Srinagar: Aamir Sayeed was born into a middle-class family that had been weaving and selling Kani shawls for generations. From childhood he dreamt of bringing glory to the family craft and profession. He left studies midway to start his ambitious “business career” of exporting shawls without going through middlemen who took away the major chunk of profit.
The plan was going well, until 2013, when he was arrested from a neighbourhood park and booked under serious charges.
Sayeed narrated the incident to Kashmir Reader. “After a tiring day of shawl weaving, I along with two other friends went to the nearby Safa Kadal park for refreshment. Even though Kashmir had witnessed a few tense days that year, the situation at the time was normal and we all felt safe going to the park. Unfortunately, that wasn’t the case,” he said.
At the park, Sayeed was arrested by policemen from the Safa Kadal Station on charges of possessing and distributing flags of Pakistan and militant organisations. He was kept in police lock-up for several days, before he was presented before the session court in Srinagar.
Since then, Sayeed has spent his life and resources on frequent visits, 3 to 4 times in a month, to the court. “When the court began hearing my case, I was full of hope. But then I encountered the reality: the court had a dearth of judges. On many occasions, we had to hear that the judge had not arrived and we would have to come on the next date of hearing. My miserable life kept stretching endlessly,” said Sayeed, now 25 years old, still on trial.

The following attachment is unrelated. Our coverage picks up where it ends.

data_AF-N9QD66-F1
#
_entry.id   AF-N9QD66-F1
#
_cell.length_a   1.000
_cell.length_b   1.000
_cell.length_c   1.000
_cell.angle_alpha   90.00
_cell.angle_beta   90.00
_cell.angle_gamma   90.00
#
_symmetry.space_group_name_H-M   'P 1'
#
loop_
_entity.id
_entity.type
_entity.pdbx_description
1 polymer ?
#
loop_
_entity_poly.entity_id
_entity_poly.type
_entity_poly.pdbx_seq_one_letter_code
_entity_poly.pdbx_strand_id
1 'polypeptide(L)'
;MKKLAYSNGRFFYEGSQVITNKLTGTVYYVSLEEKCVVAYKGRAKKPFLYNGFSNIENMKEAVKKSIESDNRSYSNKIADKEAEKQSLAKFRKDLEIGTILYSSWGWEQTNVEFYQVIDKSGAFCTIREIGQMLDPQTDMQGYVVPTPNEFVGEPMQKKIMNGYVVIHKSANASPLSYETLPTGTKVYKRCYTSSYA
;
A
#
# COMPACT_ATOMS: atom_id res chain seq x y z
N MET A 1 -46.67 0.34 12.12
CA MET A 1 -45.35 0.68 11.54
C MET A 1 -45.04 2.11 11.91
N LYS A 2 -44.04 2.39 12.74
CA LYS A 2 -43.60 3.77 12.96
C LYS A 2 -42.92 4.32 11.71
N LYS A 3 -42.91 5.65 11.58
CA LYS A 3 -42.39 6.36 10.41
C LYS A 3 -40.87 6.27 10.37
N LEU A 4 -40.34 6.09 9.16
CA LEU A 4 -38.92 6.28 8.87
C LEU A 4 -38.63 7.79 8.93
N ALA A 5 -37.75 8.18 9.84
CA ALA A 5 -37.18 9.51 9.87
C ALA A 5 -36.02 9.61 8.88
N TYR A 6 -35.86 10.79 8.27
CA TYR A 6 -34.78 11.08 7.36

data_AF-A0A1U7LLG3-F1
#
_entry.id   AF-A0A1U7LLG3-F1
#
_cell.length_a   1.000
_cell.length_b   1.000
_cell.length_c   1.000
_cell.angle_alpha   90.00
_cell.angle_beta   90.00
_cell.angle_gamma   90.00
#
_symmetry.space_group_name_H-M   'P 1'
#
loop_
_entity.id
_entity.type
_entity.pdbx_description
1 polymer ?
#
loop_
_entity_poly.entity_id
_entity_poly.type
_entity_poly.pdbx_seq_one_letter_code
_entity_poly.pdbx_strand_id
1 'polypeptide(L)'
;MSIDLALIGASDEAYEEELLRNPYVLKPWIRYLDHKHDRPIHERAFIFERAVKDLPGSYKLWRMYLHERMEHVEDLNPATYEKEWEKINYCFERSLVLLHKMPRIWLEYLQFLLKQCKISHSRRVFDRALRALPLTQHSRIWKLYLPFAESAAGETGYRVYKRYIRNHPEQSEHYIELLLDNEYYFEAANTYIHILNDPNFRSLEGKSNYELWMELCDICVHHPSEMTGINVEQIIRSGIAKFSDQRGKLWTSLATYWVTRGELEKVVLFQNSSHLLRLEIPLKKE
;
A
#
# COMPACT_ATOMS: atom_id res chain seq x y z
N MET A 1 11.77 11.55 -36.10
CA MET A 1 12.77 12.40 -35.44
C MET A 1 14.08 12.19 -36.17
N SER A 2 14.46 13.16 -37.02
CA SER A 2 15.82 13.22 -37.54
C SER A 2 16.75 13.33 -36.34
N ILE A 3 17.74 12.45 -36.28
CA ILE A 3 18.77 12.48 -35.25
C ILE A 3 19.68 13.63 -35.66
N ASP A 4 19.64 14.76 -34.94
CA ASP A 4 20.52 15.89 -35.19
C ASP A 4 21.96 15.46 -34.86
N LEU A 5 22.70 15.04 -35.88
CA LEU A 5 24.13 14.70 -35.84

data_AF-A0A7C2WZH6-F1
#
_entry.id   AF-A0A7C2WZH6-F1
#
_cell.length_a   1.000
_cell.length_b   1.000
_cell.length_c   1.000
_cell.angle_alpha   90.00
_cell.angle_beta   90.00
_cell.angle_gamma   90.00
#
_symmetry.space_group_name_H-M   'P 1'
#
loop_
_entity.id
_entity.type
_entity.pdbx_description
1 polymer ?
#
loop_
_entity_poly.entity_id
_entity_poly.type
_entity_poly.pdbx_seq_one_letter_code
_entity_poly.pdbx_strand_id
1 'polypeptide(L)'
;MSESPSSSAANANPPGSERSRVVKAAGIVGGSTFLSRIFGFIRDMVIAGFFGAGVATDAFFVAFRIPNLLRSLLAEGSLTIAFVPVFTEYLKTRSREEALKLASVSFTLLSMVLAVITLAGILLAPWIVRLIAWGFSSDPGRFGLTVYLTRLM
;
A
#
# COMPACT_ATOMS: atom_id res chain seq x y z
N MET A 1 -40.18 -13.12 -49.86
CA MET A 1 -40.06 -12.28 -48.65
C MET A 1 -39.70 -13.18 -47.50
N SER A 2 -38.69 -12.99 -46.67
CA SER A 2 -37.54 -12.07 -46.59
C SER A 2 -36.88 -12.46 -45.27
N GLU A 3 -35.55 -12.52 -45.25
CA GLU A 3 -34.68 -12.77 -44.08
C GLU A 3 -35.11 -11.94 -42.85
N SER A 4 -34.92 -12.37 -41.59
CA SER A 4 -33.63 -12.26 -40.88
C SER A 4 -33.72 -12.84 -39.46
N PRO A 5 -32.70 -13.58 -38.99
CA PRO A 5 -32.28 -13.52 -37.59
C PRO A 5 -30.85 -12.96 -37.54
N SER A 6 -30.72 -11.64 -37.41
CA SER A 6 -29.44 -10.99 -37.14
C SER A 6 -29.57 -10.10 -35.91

Weaving a Kani shawl, Sayeed said, demands at least nine hours of strict work in a day. Friday is the only holiday the artisans take in the week. “Due to the frequent court hearings, I had to leave the work of shawl weaving. I couldn’t find any source of earning for several months,” he said.
Sayeed now sells fruits and vegetables on Ali Jan Road.
“As a street vendor, I earn the bread for my family. But it is not easy. Apart from the legal battle I am fighting in court, I also have to constantly fight the law outside. Municipality officials keep threatening my daily survival. Two years ago, they smashed my roadside near Narwara. I was warned to never set up the stall again,” Sayeed said.
A shattered man, Sayeed says he fears that he may take an extreme step if the government officials keep harassing him. “I am tired of all this. I don’t find a reason to continue with a life full of miseries and with no hope of a better future. I believe that my miseries, like of many others accused of similar charges, will end only with our deaths,” he said.